Political Science Quarterly
IN FEBRUARY 1997, THE TURKISH MILITARY INTERVENED in politics to protect secularism from the "rising Islamist threat." This inter- vention resulted in the toppling of the coalition government led by the Islamic-oriented Welfare Party (RP, Refah Partisi ). Many civil and political restrictions followed this intervention, including the closure of the RP by the Constitutional Court. Two years later, the Chief of Staff, Hüseyin Kivnkoģlu, stated that "the 28 February process," by which he meant the military-sanctioned political configuration, would continue for one thou- sand years if necessary.1 However, by 2012, only 15 years after the inter- vention, the military's ability to shape politics has diminished notably. By any measure, the civilian oversight of the military is now at its highest level since the first military coup in modern Turkey in I960.2 The Islamic- oriented Justice and Development Party (AK Party, Adalet ve Kalkmma Partisi)3 stayed in power for more than a de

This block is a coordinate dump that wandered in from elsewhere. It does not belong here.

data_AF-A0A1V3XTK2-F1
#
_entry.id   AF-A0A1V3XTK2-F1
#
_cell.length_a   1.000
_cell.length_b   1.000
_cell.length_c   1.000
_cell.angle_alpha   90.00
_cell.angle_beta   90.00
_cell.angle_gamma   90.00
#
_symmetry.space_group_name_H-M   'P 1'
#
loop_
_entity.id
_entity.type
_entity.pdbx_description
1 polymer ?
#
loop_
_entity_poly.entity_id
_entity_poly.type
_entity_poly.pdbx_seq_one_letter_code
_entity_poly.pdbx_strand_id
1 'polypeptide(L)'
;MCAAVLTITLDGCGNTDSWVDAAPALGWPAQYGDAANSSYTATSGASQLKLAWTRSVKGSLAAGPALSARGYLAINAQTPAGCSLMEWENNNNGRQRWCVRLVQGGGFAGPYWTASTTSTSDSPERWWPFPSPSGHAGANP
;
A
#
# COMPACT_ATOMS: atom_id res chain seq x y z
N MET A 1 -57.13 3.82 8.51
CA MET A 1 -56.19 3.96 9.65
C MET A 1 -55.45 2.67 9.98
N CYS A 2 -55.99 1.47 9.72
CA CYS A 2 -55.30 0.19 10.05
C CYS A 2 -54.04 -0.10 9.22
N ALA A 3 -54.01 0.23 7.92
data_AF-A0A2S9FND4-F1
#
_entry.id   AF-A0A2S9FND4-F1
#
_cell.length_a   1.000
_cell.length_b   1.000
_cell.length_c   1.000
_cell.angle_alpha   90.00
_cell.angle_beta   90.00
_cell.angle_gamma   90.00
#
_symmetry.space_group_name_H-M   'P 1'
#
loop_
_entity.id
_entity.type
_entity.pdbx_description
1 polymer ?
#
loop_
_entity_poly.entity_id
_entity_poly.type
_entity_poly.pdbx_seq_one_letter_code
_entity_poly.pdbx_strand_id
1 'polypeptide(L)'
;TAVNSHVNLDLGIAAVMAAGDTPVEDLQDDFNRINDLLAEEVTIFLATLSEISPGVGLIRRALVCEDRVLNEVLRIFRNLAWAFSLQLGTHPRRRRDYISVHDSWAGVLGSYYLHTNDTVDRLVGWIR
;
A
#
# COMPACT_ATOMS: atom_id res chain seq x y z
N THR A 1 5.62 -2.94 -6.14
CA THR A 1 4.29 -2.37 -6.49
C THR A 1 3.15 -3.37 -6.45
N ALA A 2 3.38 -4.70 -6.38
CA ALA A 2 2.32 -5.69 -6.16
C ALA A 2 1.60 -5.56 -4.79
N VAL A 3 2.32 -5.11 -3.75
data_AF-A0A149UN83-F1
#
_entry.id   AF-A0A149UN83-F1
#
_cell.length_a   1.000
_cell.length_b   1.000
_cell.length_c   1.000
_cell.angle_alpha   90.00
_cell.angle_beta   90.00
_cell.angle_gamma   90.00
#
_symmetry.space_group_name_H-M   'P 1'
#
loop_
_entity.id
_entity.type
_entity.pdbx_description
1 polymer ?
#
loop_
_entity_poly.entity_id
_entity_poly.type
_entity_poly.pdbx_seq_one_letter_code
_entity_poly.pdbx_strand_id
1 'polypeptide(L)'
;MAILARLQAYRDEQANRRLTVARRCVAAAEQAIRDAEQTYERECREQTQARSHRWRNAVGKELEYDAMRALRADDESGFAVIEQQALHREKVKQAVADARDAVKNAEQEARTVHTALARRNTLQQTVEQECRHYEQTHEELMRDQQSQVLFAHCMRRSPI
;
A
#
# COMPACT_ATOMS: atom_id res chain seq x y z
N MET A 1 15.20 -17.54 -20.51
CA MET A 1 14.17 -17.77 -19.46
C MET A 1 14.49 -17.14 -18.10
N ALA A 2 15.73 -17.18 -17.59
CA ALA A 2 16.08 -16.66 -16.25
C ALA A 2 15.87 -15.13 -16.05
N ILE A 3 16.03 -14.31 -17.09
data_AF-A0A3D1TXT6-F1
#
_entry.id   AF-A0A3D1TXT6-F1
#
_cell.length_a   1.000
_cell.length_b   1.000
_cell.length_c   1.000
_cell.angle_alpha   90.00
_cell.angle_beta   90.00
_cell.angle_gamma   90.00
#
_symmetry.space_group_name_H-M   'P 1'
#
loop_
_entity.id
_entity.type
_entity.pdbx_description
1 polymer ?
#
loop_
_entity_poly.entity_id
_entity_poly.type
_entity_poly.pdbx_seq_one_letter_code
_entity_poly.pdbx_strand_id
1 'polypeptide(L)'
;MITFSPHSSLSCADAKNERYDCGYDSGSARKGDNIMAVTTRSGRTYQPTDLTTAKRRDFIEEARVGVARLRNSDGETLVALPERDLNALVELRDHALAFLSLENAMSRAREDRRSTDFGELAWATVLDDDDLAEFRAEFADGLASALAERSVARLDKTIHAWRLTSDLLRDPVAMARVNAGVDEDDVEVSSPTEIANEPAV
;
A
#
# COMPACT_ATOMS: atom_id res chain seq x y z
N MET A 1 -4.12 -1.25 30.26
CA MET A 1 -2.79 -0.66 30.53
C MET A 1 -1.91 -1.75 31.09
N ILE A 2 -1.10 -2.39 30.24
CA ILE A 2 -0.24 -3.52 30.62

Kilinc, Ramazan, "Critical Junctures, Catalysts, and Democratic Consolidation in Turkey" (2014). Political Science Faculty Publications. 37.